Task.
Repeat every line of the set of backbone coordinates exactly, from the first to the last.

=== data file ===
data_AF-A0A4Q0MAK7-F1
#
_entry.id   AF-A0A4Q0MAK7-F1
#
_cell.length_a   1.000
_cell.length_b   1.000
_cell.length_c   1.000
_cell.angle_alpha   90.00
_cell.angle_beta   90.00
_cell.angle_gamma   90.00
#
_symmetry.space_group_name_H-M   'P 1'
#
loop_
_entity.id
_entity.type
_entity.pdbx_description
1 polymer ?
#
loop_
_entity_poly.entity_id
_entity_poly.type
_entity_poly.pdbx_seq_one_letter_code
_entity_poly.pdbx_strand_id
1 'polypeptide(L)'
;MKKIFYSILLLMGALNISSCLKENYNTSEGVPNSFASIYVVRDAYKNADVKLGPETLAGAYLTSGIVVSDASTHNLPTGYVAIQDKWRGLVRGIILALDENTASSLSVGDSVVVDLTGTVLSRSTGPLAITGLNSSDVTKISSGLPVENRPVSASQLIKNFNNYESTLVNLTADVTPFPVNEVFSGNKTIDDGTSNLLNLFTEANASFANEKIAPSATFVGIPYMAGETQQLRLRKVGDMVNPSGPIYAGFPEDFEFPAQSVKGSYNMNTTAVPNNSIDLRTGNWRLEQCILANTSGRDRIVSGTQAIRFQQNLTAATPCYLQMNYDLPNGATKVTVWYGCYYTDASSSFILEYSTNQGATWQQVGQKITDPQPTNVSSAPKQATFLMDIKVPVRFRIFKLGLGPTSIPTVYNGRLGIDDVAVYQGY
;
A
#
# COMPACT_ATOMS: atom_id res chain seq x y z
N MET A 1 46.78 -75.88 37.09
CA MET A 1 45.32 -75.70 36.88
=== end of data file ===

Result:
data_AF-A0A4Q0MAK7-F1
#
_entry.id   AF-A0A4Q0MAK7-F1
#
_cell.length_a   1.000
_cell.length_b   1.000
_cell.length_c   1.000
_cell.angle_alpha   90.00
_cell.angle_beta   90.00
_cell.angle_gamma   90.00
#
_symmetry.space_group_name_H-M   'P 1'
#
loop_
_entity.id
_entity.type
_entity.pdbx_description
1 polymer ?
#
loop_
_entity_poly.entity_id
_entity_poly.type
_entity_poly.pdbx_seq_one_letter_code
_entity_poly.pdbx_strand_id
1 'polypeptide(L)'
;MKKIFYSILLLMGALNISSCLKENYNTSEGVPNSFASIYVVRDAYKNADVKLGPETLAGAYLTSGIVVSDASTHNLPTGYVAIQDKWRGLVRGIILALDENTASSLSVGDSVVVDLTGTVLSRSTGPLAITGLNSSDVTKISSGLPVENRPVSASQLIKNFNNYESTLVNLTADVTPFPVNEVFSGNKTIDDGTSNLLNLFTEANASFANEKIAPSATFVGIPYMAGETQQLRLRKVGDMVNPSGPIYAGFPEDFEFPAQSVKGSYNMNTTAVPNNSIDLRTGNWRLEQCILANTSGRDRIVSGTQAIRFQQNLTAATPCYLQMNYDLPNGATKVTVWYGCYYTDASSSFILEYSTNQGATWQQVGQKITDPQPTNVSSAPKQATFLMDIKVPVRFRIFKLGLGPTSIPTVYNGRLGIDDVAVYQGY
;
A
#
# COMPACT_ATOMS: atom_id res chain seq x y z
N MET A 1 46.78 -75.88 37.09
CA MET A 1 45.32 -75.70 36.88